Current Institutional Affiliation
Researcher, Leiden University

Award Information

International Dissertation Research Fellowship 2013
Institutional Affiliation (at time of award):
Religion, Brown University
Mapping a Contested Landscape: Religion, Politics, and Place in the Making of Pasupata Identity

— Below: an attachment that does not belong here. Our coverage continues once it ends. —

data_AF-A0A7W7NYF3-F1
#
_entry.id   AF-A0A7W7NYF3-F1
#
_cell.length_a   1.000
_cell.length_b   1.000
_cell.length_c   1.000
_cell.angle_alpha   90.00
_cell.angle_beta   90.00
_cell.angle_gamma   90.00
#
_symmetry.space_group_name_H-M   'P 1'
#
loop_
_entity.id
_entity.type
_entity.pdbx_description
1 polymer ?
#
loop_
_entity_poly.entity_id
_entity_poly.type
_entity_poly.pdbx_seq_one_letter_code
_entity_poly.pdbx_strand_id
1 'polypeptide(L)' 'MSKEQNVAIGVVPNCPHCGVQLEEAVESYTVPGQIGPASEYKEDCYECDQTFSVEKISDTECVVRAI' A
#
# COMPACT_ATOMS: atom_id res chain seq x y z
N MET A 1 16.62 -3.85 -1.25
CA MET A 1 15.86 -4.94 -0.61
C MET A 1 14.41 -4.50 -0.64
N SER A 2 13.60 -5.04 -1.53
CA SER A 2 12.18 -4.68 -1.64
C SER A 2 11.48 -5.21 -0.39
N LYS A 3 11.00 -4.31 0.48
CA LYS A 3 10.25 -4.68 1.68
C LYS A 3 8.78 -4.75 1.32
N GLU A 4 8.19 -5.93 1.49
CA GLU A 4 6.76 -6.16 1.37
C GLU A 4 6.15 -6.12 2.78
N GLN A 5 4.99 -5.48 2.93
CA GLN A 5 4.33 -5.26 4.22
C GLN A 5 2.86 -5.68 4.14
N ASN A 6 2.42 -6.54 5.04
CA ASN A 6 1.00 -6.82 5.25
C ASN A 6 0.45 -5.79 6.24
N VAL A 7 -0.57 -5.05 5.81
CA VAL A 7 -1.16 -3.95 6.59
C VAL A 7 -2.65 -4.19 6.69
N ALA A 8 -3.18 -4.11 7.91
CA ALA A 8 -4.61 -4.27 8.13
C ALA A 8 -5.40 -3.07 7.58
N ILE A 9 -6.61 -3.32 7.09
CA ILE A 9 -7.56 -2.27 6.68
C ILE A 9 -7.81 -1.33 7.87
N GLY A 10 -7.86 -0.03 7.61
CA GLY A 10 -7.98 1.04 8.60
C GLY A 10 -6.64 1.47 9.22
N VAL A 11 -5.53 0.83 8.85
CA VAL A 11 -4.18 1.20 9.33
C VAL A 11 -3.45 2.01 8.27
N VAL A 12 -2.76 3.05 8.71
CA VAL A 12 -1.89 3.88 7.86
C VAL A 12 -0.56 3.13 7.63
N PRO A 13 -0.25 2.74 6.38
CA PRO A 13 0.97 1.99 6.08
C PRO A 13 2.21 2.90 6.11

This nuanced regional study investigates a formative period in the history of the "Pasupatas," the earliest known religious community devoted to the worship of the Hindu God Siva. Through an interdisciplinary approach that integrates the study of new manuscript sources and epigraphic data in Sanskrit, with fieldwork at three vital groups of temple sites, my work will illuminate the ways in which this community participated in, and was shaped by, the religious competition and political upheaval that permeated early medieval northwest India (7th-9th century CE). Using these sources, I will work to recover the many, often marginalized, voices that animated this diverse community and, in doing so, engage in a radical rethinking of what it meant to be "Saiva" (i.e. a devotee of Siva) in this contested region and historical period. This study will produce an alternative history of early Saivism, which challenges the traditional scholarly categories and binaries (e.g. popular/élite; lay/ascetic; orthodox/heterodox) that circumscribe the study of Indian religions. By theorizing the ties between the self-fashioning of the Pasupatas and the dynamic landscape in which they were embedded, my work will move beyond my immediate sub-field and discipline to explore the polysemy of religious identity in India, both medieval and modern. Fieldwork at three clusters of early medieval temple sites—located near Mumbai in Maharashtra, Mandasor in Madhya Pradesh, and Chittorgarh in Rajasthan—will be an intrinsic element of my study of this region. By studying architectural elements and aspects of religious imagery and by analyzing the interrelationships between the natural and constructed features of these sites, I will theorize the multiple ways in which devotees used and experienced these lived spaces. This study will shed new light on the social function of sanctified spaces as media for the negotiation of socio-political hierarchies and the expression of religious identity(ies)